• Formal cost models are thought to be the best way we have to predict the software development costs

    • But for many projects it’s not possible to gather the input data needed

    • At best, formal cost models yield estimates that are at most 25% off, 75% of the time, for the projects used to derive the model

    • May imply more uncertainty for new projects (the ones we want to estimate)

Cocomo 1981
COCOMO (1981)

  • COCOMO – COnstructive COst Model

    • Basic formula is: Effort = bKLOCc

    • where b, c are constants whose values depend on the project characteristics

  • Basic COCOMO distinguishes three classes of projects:

    • Organic: small teams develops software in known environment, so developers can contribute early: b=2.4, c=1.05

    • Embedded: Environment is inflexible and constrained, i.e., air traffic control or embedded weapons systems, b=3.6, c=1.20

    • Semidetached: Team members have varying levels of experience working on larger projects, b=3.0, c=1.12

  • Intermediate COCOMO – factors in 15 additional cost drivers, i.e., complexity of software, documentation needs, etc.

    • E.g., if complexity is low, adjust this factor by 0.85 (40*0.84=34 months) What do you think of measuring cost factors this way?

  • Detailed COCOMO – phase sensitive, uses separate multipliers for each project phase, from requirements through integration

Function point analysis 1979 1983
Function Point analysis(1979, 1983)

  • Rather than counting LOC, count data structures (“function points”)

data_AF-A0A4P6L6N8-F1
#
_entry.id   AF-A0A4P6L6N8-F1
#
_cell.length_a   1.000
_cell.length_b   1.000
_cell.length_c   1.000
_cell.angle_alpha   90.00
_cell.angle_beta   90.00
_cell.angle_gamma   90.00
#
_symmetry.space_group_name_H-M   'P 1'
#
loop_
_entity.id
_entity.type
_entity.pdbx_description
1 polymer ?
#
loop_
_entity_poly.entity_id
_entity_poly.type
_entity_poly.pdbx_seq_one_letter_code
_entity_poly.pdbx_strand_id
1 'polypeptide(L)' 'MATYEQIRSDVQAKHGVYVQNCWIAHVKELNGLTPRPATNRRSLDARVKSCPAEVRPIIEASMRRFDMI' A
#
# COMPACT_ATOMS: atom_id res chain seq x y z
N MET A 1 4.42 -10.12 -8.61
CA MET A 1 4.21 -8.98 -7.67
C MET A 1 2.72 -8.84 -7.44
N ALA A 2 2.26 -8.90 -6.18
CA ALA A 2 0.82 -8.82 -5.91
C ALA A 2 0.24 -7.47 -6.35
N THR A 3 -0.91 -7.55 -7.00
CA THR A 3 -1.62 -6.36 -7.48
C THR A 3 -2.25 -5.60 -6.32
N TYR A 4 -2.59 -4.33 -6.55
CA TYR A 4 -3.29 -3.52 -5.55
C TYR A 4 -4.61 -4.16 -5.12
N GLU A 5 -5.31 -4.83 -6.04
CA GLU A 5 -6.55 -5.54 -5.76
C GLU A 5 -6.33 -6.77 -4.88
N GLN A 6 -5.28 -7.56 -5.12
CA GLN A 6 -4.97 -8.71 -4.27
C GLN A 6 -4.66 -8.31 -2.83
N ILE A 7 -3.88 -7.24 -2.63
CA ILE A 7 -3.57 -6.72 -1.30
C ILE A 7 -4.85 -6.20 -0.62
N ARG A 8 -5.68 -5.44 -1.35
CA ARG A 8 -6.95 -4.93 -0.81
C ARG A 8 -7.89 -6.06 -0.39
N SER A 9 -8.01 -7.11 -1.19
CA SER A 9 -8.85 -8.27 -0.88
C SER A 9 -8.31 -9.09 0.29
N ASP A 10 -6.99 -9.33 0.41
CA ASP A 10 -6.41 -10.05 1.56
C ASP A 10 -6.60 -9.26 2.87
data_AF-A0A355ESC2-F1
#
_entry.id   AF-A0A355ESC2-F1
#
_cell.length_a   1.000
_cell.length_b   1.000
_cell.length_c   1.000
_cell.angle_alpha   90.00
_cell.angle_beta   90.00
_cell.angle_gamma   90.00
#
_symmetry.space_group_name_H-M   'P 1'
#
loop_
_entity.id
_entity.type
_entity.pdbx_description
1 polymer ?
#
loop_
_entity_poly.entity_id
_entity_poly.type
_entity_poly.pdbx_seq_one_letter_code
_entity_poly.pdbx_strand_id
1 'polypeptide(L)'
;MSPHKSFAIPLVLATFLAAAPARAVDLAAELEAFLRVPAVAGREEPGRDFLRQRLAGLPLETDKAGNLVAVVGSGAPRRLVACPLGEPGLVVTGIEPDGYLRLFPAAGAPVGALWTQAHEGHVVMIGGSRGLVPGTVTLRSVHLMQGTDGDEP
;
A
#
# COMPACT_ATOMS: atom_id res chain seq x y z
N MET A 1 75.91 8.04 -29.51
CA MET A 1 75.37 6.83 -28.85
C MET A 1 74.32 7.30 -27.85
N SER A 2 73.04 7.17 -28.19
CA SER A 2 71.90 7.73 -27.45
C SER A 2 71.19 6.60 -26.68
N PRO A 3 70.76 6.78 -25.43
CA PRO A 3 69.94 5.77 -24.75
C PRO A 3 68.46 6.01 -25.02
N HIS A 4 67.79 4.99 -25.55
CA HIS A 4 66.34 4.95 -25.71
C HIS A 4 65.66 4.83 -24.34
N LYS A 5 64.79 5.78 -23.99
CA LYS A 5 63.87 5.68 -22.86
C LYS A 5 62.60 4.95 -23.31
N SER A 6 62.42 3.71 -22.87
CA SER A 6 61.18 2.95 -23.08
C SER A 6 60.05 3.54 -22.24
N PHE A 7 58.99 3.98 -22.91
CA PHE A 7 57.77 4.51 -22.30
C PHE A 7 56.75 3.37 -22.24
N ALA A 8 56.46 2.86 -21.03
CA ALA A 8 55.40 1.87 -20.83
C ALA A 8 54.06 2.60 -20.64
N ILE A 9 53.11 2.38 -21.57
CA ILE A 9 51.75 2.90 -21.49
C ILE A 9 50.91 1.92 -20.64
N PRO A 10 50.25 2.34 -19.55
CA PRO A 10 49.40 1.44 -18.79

• Intended to be a user-oriented measure of system function

    • Particularly suitable for business applications

    • Less well suited for systems such as compilers, real-time systems, etc.

  • Key inputs are number of:

    • Input types, output types, inquiry types, logical internal files, interfaces

    • May also apply corrections for differences in complexity of data types

  • After computing the function points, map them to LOC

    • Formula depends on the particular programming language to be used

  • Based on older, batch-oriented systems

    • Object Point analysis may be more suitable for interactive, screen-oriented systems

    • Note: objects are screens, reports and 3GL modules, not OOP classes

Cocomo 2 1995 1997
COCOMO 2 (1995, 1997)

  • Tuned to applications and life-cycle practices of 90’s and 2000’s

  • Three different models applied at different life cycle stages:

    • Application Composition model

      • Intended for prototypes, using components or CASE tools

      • Similar goal as for Function Point analysis

      • Based on counting Object Points (instead of function points)

    • Early Design model

      • For the architectural design phase

      • Incorporates some aspects of Function Point analysis

    • Post-Architecture model

      • For the development stage

      • Most detailed

      • Similar to the original COCOMO model

    • Adds many new cost drivers:

      • Personnel capabilities, use of software tools, multi-site development, etc.